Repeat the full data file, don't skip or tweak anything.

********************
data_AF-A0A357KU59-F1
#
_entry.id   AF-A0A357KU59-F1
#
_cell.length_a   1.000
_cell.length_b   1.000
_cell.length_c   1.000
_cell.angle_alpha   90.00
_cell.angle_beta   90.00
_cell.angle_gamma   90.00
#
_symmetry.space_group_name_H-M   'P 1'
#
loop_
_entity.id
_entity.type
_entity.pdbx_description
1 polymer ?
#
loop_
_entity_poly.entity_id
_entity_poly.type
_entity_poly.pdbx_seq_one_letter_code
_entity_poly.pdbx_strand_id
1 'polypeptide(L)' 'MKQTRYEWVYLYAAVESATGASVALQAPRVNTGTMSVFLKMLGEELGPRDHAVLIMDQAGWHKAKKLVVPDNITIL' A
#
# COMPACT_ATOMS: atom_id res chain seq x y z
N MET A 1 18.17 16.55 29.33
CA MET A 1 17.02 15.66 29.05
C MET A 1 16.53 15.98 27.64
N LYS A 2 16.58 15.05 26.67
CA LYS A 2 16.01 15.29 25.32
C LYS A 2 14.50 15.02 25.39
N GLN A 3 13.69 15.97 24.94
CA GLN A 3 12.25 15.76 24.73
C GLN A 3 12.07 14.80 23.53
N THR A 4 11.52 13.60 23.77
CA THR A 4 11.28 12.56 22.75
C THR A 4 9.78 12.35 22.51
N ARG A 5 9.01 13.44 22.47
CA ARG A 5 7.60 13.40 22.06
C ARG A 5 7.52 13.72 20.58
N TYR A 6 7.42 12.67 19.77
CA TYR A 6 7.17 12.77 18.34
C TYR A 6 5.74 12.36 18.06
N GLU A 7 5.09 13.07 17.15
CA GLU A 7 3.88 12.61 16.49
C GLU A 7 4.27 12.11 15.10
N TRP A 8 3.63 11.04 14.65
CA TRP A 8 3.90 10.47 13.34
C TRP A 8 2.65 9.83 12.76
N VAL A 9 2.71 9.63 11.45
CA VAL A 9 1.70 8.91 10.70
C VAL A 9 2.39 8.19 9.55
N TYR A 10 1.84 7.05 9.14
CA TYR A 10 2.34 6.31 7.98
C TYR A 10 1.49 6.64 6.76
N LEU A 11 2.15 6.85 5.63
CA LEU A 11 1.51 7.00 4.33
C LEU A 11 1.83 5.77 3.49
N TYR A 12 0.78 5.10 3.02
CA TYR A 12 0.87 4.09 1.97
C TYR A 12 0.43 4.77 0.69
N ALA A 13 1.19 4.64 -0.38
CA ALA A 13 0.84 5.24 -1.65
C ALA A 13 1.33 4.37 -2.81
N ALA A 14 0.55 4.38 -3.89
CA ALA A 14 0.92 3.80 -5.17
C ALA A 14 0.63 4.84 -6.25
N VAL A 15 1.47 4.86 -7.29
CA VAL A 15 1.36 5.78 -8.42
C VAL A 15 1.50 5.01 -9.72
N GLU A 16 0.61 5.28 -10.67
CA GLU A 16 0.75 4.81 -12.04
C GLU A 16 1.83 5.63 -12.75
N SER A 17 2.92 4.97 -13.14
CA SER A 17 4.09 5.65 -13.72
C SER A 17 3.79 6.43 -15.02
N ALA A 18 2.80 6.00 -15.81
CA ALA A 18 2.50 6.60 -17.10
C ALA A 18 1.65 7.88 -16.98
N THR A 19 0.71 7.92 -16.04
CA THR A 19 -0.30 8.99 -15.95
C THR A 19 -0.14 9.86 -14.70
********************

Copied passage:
data_AF-A0A357KU59-F1
#
_entry.id   AF-A0A357KU59-F1
#
_cell.length_a   1.000
_cell.length_b   1.000
_cell.length_c   1.000
_cell.angle_alpha   90.00
_cell.angle_beta   90.00
_cell.angle_gamma   90.00
#
_symmetry.space_group_name_H-M   'P 1'
#
loop_
_entity.id
_entity.type
_entity.pdbx_description
1 polymer ?
#
loop_
_entity_poly.entity_id
_entity_poly.type
_entity_poly.pdbx_seq_one_letter_code
_entity_poly.pdbx_strand_id
1 'polypeptide(L)' 'MKQTRYEWVYLYAAVESATGASVALQAPRVNTGTMSVFLKMLGEELGPRDHAVLIMDQAGWHKAKKLVVPDNITIL' A
#
# COMPACT_ATOMS: atom_id res chain seq x y z
N MET A 1 18.17 16.55 29.33
CA MET A 1 17.02 15.66 29.05
C MET A 1 16.53 15.98 27.64
N LYS A 2 16.58 15.05 26.67
CA LYS A 2 16.01 15.29 25.32
C LYS A 2 14.50 15.02 25.39
N GLN A 3 13.69 15.97 24.94
CA GLN A 3 12.25 15.76 24.73
C GLN A 3 12.07 14.80 23.53
N THR A 4 11.52 13.60 23.77
CA THR A 4 11.28 12.56 22.75
C THR A 4 9.78 12.35 22.51
N ARG A 5 9.01 13.44 22.47
CA ARG A 5 7.60 13.40 22.06
C ARG A 5 7.52 13.72 20.58
N TYR A 6 7.42 12.67 19.77
CA TYR A 6 7.17 12.77 18.34
C TYR A 6 5.74 12.36 18.06
N GLU A 7 5.09 13.07 17.15
CA GLU A 7 3.88 12.61 16.49
C GLU A 7 4.27 12.11 15.10
N TRP A 8 3.63 11.04 14.65
CA TRP A 8 3.90 10.47 13.34
C TRP A 8 2.65 9.83 12.76
N VAL A 9 2.71 9.63 11.45
CA VAL A 9 1.70 8.91 10.70
C VAL A 9 2.39 8.19 9.55
N TYR A 10 1.84 7.05 9.14
CA TYR A 10 2.34 6.31 7.98
C TYR A 10 1.49 6.64 6.76
N LEU A 11 2.15 6.85 5.63
CA LEU A 11 1.51 7.00 4.33
C LEU A 11 1.83 5.77 3.49
N TYR A 12 0.78 5.10 3.02
CA TYR A 12 0.87 4.09 1.97
C TYR A 12 0.43 4.77 0.69
N ALA A 13 1.19 4.64 -0.38
CA ALA A 13 0.84 5.24 -1.65
C ALA A 13 1.33 4.37 -2.81
N ALA A 14 0.55 4.38 -3.89
CA ALA A 14 0.92 3.80 -5.17
C ALA A 14 0.63 4.84 -6.25
N VAL A 15 1.47 4.86 -7.29
CA VAL A 15 1.36 5.78 -8.42
C VAL A 15 1.50 5.01 -9.72
N GLU A 16 0.61 5.28 -10.67
CA GLU A 16 0.75 4.81 -12.04
C GLU A 16 1.83 5.63 -12.75
N SER A 17 2.92 4.97 -13.14
CA SER A 17 4.09 5.65 -13.72
C SER A 17 3.79 6.43 -15.02
N ALA A 18 2.80 6.00 -15.81
CA ALA A 18 2.50 6.60 -17.10
C ALA A 18 1.65 7.88 -16.98
N THR A 19 0.71 7.92 -16.04
CA THR A 19 -0.30 8.99 -15.95
C THR A 19 -0.14 9.86 -14.70